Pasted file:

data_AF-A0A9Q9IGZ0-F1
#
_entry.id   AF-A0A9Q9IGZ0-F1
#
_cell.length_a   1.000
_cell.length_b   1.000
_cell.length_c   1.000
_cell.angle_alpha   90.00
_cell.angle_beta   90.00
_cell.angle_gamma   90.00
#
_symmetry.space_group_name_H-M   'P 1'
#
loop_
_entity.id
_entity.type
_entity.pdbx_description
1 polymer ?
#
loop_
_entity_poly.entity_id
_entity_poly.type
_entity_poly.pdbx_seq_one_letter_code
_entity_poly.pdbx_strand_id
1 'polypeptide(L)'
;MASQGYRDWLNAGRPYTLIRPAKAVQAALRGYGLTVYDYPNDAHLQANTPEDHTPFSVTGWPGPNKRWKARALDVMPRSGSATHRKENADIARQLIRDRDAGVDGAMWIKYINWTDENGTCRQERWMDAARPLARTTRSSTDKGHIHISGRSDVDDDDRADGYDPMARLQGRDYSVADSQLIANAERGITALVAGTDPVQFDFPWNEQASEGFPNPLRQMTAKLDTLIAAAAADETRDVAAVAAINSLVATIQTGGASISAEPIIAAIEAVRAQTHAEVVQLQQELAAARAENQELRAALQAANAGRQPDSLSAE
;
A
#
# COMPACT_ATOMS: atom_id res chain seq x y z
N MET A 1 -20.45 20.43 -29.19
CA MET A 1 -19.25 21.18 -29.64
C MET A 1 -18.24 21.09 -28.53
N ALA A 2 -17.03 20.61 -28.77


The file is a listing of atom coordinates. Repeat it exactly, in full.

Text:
data_AF-A0A9Q9IGZ0-F1
#
_entry.id   AF-A0A9Q9IGZ0-F1
#
_cell.length_a   1.000
_cell.length_b   1.000
_cell.length_c   1.000
_cell.angle_alpha   90.00
_cell.angle_beta   90.00
_cell.angle_gamma   90.00
#
_symmetry.space_group_name_H-M   'P 1'
#
loop_
_entity.id
_entity.type
_entity.pdbx_description
1 polymer ?
#
loop_
_entity_poly.entity_id
_entity_poly.type
_entity_poly.pdbx_seq_one_letter_code
_entity_poly.pdbx_strand_id
1 'polypeptide(L)'
;MASQGYRDWLNAGRPYTLIRPAKAVQAALRGYGLTVYDYPNDAHLQANTPEDHTPFSVTGWPGPNKRWKARALDVMPRSGSATHRKENADIARQLIRDRDAGVDGAMWIKYINWTDENGTCRQERWMDAARPLARTTRSSTDKGHIHISGRSDVDDDDRADGYDPMARLQGRDYSVADSQLIANAERGITALVAGTDPVQFDFPWNEQASEGFPNPLRQMTAKLDTLIAAAAADETRDVAAVAAINSLVATIQTGGASISAEPIIAAIEAVRAQTHAEVVQLQQELAAARAENQELRAALQAANAGRQPDSLSAE
;
A
#
# COMPACT_ATOMS: atom_id res chain seq x y z
N MET A 1 -20.45 20.43 -29.19
CA MET A 1 -19.25 21.18 -29.64
C MET A 1 -18.24 21.09 -28.53
N ALA A 2 -17.03 20.61 -28.77